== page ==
Can anyone remember the first time they dropped into aero bars? I hope you do, because as an adult it is nothing short of exhilarating and life affirming. I had seen it done, I had cheered it on, but I had never tried it on. Did anyone see me do that? No, but I felt the same thrills.
Aero bars are not the same as drops – that was lesson #1. Lesson #2 was you get an up close and personal view of the front wheel spinning underneath you – it feels powerful. Lesson #3 was Specialized has put in hours to make my new bike super aero but had they considered my gapping mouth sucking in air – somehow my mouth just didn’t feel that aero, although most of the time it formed a broad grin. Lesson #4 was riding a new Specialized TT bike is about as much fun as riding your first bike as a child.
I love that bike! The first ride was amazing. I took my new Transition Pro bike out to Cherry Creek Reservoir (a quick 8 minutes drive from my house) and rode it around. Len had teased me about the challenge of riding in a straight line, but forgot to mention how to avoid the initial death grip on the aero bars.
I was wishing Len, Christy and Dash had been there for my first mile – they would have laughed, a supportive laugh of course, but a hardy one. It has probably been years since any of them had witnessed a first timer go onto the aero bars, but it was pretty exciting stuff from my end.
I hope I hold onto that first feeling. Now I need a few sessions with teammates Randy and Christy to teach me how to really ride that bike. Meanwhile I’ll be practicing my best Jan Ullrich snarled lip expression – maybe that will keep my mouth shut. I can’t wait.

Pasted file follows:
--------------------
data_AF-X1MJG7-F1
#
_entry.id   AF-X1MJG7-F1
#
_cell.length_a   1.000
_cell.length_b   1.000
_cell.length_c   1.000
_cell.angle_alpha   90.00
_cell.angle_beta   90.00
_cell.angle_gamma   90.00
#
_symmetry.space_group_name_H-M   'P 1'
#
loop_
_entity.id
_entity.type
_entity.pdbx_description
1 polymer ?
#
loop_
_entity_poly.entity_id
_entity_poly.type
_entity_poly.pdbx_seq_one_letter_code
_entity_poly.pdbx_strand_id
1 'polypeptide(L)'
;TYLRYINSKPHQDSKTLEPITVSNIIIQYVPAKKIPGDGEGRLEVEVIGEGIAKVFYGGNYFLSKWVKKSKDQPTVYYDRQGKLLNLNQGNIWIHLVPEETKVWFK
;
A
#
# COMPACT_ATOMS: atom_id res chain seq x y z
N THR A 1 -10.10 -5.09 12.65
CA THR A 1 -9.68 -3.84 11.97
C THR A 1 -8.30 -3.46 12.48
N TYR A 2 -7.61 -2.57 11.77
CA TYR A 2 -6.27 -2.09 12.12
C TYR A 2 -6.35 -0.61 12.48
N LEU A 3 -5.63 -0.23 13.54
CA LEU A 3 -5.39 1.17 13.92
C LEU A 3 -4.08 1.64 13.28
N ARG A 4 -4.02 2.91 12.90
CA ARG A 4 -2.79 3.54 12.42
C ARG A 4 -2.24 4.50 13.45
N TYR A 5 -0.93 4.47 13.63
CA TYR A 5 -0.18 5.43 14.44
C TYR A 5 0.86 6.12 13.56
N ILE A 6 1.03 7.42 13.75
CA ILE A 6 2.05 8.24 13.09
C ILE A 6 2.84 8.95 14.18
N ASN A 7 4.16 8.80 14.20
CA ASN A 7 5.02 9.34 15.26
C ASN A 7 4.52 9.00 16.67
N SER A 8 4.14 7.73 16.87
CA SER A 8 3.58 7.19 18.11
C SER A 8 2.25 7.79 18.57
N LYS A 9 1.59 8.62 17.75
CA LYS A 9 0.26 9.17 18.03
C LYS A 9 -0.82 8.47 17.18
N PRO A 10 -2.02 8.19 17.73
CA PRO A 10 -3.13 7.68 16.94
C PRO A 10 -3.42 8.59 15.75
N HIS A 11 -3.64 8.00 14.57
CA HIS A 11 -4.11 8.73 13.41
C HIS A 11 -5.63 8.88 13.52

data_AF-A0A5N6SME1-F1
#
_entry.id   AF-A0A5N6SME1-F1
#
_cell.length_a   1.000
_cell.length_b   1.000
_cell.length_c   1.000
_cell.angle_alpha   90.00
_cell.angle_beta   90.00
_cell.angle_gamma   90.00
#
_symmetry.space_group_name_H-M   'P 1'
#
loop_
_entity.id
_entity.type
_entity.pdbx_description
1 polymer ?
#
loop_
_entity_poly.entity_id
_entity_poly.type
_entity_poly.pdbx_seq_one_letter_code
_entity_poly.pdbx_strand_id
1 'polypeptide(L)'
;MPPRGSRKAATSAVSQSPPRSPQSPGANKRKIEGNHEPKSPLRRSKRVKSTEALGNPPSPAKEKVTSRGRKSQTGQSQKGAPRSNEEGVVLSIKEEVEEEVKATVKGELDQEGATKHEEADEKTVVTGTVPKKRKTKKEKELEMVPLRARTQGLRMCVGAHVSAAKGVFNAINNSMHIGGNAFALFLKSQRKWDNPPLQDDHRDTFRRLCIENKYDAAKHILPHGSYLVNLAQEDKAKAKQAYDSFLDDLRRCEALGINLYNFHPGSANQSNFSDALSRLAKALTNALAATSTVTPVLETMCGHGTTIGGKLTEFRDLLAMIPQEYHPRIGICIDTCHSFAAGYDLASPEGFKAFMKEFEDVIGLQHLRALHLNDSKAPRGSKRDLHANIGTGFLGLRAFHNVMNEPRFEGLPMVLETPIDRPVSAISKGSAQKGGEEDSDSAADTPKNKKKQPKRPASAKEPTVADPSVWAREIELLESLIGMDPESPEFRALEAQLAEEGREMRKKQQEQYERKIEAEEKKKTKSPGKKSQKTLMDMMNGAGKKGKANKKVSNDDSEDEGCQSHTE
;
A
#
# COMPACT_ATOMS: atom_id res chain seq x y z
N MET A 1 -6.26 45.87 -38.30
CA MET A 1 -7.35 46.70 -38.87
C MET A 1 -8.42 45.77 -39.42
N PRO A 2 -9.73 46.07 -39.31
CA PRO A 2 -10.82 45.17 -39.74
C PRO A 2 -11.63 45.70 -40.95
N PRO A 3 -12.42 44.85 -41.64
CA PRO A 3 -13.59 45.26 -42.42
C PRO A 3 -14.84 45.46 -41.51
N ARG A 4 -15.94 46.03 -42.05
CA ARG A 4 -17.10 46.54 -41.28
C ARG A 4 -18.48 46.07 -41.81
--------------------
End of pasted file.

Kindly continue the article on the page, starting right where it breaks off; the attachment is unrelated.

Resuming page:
- The aero bar -- as we know it -- was invented by Boone Lennon. It first became apparent in our sport in 1987. Yes, it is true that a lay-down apparatus did appear in long-distance racing earlier in the decade on RAAM rider Jim Elliott's bike. Both Richard Bryne -- founder of Speedplay -- and RAAM winner Pete Pensyres were involved in that project. The main difference between that bike and the handlebars Lennon introduced was the concept of narrowness. Elliott's forearms were at brake-lever width, as opposed to the mock-downhill-skier position espoused by Lennon. Indeed, the bars were "Scott DH bars:" DH for downhill. The idea behind Elliott's position was comfort; the idea behind Lennon's bars was aerodynamics: precisely the position achieved by a downhill skier while tucked.
- The aero bar was one of the most significant product innovations in the history of bicycling. The handlebar was strategically utilized by American Greg Lemond in his 1989 Tour de France win. Watch the famous video here: Paris 1989 TT